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Submitted Literature

Don't Mind Me

By Judith Haire


Judith Haire's autobiography, published by mental health publishing specialists Chipmunkapublsihing, is a brief but moving account of one woman's traumatic childhood, her horrifically abusive first marriage and experience of rape, and her descent into psychosis.

This book is positive and inspiring despite the difficult subject areas it covers, and Haire's focus is very much on recovery and survival. It is this focus that makes it of so much relevance to practising clinicians and students who may see repeated episodes of psychosis as an intractable illness - certainly not something that one can recover from.

Furthermore, her account of psychosis - in particular, her experience of hallucinations, medication and side effects, and the manner in which staff's attitudes impacted upon her mental state - is striking. Haire's depiction of her terrifying experiences inform the reader about far more about how it feels to experience such episodes than can ever be available in a clinical textbook.   

Furthermore, the reader can sense the catharsis that came through writing this book, which Haire acknowledges - a testimony to the value of creative writing if ever there was one.  


Key Themes:

  • Domestic Violence
  • Psychosis
  • Rape

Significant Quotes / Pages

15 - "The phone rang and I screamed. I was filled with terror. My heart began to pound and I started to shake. In my confused mind I had become the deaf dumb and blind boy in 'Tommy' a film that had captivated me many years before. I moved my limbs in a stilted and robotic way. I was no longer myself. I was trapped in a different world, the world of psychosis. I was trapped and could not find my way out.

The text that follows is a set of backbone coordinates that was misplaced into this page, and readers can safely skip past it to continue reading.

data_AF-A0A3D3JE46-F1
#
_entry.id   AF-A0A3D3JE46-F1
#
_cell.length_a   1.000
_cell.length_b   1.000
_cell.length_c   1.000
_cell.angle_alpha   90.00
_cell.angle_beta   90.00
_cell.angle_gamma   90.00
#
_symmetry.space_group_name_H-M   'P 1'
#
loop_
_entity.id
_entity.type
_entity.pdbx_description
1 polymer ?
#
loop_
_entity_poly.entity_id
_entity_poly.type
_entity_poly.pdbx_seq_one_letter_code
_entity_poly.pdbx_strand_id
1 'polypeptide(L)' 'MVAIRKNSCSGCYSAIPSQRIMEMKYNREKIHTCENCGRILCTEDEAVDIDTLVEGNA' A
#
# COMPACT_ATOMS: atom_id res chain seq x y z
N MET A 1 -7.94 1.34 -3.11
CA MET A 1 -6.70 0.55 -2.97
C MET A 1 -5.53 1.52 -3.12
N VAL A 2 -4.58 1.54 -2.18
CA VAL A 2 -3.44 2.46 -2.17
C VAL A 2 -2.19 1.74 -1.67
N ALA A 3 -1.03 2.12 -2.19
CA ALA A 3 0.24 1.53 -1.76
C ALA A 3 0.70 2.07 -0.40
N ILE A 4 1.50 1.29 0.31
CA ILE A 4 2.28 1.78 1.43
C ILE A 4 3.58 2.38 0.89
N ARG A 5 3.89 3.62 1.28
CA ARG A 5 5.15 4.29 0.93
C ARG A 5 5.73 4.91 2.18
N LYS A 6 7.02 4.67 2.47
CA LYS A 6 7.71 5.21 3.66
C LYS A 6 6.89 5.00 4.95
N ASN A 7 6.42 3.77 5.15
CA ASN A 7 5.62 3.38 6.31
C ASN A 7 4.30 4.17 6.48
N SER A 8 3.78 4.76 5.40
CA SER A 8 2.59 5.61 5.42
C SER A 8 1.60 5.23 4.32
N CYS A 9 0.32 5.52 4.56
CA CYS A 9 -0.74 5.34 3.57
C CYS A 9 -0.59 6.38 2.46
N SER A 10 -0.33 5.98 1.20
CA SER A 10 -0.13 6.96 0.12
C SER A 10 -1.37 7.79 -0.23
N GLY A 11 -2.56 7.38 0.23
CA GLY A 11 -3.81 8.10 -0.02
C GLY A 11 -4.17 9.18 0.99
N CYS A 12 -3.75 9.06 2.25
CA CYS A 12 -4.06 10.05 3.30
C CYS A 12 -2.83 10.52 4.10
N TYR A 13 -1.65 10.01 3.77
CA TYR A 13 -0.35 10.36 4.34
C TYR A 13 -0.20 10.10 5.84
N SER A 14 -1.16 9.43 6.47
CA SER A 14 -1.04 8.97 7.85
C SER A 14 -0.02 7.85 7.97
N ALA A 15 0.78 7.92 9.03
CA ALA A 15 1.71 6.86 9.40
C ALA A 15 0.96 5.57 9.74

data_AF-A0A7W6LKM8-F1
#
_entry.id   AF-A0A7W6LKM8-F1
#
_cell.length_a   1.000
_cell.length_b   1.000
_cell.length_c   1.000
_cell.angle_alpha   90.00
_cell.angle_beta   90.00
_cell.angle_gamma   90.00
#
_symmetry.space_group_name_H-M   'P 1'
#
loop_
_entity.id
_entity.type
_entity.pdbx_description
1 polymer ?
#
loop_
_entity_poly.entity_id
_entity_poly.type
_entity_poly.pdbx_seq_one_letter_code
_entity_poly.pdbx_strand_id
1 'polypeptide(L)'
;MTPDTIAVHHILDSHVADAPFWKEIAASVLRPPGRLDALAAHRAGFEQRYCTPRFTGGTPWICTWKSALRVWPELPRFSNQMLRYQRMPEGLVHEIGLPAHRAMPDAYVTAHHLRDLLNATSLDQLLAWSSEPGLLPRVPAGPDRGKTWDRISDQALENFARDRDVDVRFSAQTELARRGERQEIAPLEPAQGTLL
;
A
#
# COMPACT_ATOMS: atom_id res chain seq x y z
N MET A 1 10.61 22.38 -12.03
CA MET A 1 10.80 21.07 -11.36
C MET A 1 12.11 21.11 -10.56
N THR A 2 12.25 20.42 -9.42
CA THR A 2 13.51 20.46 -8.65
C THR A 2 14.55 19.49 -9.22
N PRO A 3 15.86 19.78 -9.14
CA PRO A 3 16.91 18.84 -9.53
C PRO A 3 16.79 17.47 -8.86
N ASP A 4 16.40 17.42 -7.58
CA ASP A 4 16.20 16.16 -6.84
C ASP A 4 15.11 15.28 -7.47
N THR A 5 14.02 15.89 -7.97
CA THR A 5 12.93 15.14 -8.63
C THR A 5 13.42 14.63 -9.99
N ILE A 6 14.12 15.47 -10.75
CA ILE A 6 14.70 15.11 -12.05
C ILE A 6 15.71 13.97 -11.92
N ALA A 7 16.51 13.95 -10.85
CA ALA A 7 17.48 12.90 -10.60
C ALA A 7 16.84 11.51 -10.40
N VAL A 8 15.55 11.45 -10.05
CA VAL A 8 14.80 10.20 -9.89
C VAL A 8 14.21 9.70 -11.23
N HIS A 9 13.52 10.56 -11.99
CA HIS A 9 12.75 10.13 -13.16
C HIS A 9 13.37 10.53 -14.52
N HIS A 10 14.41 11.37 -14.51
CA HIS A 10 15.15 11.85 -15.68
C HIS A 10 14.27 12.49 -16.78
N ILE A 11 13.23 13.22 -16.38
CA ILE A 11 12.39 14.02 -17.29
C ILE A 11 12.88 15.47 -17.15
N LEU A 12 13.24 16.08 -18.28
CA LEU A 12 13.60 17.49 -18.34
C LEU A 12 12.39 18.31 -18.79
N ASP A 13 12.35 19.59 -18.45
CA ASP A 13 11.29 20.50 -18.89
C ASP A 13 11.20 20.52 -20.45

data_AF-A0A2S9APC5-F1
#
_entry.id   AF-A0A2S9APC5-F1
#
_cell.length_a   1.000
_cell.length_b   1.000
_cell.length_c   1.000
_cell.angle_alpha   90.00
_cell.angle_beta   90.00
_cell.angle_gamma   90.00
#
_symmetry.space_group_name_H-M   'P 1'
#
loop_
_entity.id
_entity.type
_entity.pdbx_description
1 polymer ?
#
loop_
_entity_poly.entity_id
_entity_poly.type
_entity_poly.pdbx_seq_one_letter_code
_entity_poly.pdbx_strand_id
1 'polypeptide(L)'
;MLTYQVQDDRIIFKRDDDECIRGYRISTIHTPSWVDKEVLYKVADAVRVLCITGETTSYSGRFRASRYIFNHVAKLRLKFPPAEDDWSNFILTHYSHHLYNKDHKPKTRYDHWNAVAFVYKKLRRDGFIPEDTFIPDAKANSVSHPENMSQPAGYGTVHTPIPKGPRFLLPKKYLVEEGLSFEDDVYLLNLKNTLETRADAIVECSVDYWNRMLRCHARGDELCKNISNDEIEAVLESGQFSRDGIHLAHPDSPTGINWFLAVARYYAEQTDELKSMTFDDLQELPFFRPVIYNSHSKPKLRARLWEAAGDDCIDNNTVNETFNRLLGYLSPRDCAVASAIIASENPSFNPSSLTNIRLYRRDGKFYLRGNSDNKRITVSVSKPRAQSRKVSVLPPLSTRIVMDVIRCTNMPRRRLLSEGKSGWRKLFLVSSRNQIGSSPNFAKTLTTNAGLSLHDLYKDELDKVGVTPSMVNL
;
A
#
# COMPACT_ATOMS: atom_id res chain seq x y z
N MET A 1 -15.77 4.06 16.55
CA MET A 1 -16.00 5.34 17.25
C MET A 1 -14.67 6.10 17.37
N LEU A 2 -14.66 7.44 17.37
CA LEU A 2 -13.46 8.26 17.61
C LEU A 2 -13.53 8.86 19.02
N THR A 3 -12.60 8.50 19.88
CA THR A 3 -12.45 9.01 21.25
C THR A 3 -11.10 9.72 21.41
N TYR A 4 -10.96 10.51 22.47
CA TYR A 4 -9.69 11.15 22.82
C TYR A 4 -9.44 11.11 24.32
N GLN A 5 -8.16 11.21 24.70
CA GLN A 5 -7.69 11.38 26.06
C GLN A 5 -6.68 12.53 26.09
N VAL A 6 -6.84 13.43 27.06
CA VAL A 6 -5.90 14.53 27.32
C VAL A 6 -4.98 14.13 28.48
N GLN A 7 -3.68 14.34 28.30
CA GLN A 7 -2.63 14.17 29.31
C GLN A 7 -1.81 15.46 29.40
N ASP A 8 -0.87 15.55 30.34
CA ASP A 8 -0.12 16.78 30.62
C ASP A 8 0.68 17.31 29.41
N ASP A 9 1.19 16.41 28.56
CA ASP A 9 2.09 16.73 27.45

It was 1993 and I was thirty-seven. I was entering a severe psychotic episode and this was to change my life forever. I need to take you back to my beginnings and describe how my life unfolded and how the many traumatic events which befell me made this terrifying illness almost inevitable." 

87 - "I know flames and fires featured a lot in my hallucinations and I have since wondered if all this was a symbolic representation of all the anger I had suppressed in my life. The energy rush of the psychosis was quite incredible - almost orgasmic, but in a sinister sort of way. Some of the imagery will stay in my mind forever, of distorted bodies trapped in a huge net at the bottom of the sea, or the collapse of an oil rig; of Siamese twins and severed limbs. There was also the feeling of travelling at speed on a fast rollercoaster, of being hurled from this rollercoaster at a fairground, of imagining I was pregnant too. Bubbling oil and oil rigs often featured in the hallucinations and the oil rig was on the verge of collapse."

91 - "On another day another nurse was sitting reading a novel and when I asked to speak to her she said she couldn't as she wanted to finish her novel. I could not believe what I heard. The psychiatrists seemed remote and only interested in prescribing medication and telling me that the symptoms I had were all part of the illness, yet they never named the illness or explained what the illness was."

Reference: Judith, Haire. 2008. Don't Mind Me. chipmunkapublishing, 2008


- Charley Baker
Date Review Submitted: Monday 26th April 2010